After watching Supersize Me and thinking through Spurlock's experiment, I've decided to try and experiment of my own.  I'll be the first to admit that I have a sweet tooth, and sometimes get very strong cravings for sweets.  I've noticed that when I eat sweets, I feel great, but feel a letdown in physical, mental, and emotional energy very soon after consuming sweets.  So for the next month, I am going to try my best to eliminate simple carbohydrates from my diet.  This means:
  • as little as possible: refined carbohydrates, simple sugars, alcohol, and desserts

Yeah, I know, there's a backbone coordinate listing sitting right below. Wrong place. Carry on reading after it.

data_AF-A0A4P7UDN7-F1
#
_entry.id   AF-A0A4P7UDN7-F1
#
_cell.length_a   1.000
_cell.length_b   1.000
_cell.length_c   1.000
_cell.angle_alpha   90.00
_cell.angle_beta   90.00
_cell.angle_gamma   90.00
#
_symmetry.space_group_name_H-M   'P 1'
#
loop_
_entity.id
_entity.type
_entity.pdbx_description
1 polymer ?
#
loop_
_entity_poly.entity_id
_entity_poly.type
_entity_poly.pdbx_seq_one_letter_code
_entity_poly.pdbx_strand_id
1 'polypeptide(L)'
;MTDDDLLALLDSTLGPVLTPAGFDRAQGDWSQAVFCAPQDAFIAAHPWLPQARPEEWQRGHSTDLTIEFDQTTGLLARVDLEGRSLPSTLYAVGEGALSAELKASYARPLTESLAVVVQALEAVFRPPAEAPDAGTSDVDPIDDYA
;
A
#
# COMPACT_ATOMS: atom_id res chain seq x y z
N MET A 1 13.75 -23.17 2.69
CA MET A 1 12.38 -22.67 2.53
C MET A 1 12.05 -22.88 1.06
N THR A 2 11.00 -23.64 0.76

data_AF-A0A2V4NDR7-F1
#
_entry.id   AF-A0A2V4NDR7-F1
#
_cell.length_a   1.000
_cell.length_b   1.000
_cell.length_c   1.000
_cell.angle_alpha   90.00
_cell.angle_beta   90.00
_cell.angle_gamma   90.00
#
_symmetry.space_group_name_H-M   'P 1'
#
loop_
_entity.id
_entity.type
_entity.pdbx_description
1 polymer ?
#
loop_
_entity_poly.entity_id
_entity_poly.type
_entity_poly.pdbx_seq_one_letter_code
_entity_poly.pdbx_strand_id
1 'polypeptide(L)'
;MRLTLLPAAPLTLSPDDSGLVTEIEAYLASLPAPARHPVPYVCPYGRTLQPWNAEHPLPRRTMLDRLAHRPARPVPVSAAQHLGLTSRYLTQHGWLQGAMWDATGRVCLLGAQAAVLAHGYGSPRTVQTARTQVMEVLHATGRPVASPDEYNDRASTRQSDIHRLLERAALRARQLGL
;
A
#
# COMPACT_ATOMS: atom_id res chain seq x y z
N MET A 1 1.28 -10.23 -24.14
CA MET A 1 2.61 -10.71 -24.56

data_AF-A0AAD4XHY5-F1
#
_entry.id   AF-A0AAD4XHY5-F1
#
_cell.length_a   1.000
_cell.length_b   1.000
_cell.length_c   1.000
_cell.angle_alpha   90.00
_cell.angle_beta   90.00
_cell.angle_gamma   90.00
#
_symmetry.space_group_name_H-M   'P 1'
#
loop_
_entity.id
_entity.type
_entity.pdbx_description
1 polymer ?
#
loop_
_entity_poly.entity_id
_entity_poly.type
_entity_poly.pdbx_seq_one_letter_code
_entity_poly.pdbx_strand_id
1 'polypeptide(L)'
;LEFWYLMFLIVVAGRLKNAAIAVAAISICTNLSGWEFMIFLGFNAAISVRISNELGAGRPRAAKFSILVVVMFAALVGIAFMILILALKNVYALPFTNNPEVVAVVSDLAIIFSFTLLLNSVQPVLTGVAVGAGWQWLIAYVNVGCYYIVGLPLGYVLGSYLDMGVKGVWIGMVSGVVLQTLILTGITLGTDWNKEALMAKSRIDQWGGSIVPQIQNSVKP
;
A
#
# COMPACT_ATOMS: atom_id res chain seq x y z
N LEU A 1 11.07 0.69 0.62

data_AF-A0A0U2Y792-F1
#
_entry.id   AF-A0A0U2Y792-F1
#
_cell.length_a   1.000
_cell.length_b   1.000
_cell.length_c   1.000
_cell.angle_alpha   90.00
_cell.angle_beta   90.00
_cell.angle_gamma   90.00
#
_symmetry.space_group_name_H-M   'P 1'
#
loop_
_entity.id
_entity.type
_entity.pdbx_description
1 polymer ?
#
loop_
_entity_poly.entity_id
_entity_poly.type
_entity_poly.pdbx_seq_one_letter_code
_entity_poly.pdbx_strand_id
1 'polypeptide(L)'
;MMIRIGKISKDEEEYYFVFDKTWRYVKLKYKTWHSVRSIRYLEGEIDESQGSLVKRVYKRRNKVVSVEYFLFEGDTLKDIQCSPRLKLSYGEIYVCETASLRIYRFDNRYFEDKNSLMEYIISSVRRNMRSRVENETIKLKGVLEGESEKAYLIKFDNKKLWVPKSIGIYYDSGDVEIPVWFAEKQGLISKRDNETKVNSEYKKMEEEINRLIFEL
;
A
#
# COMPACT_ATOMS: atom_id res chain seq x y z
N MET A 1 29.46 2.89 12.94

• and replacing the above with: complex carbohydrates including whole grains, vegetables, and fruits
I know this is going to be a challenge for me, and I'll be checking in with all of you as to my progress over the next month.

Thank you, as always, for reading, and please feel free to post any comments!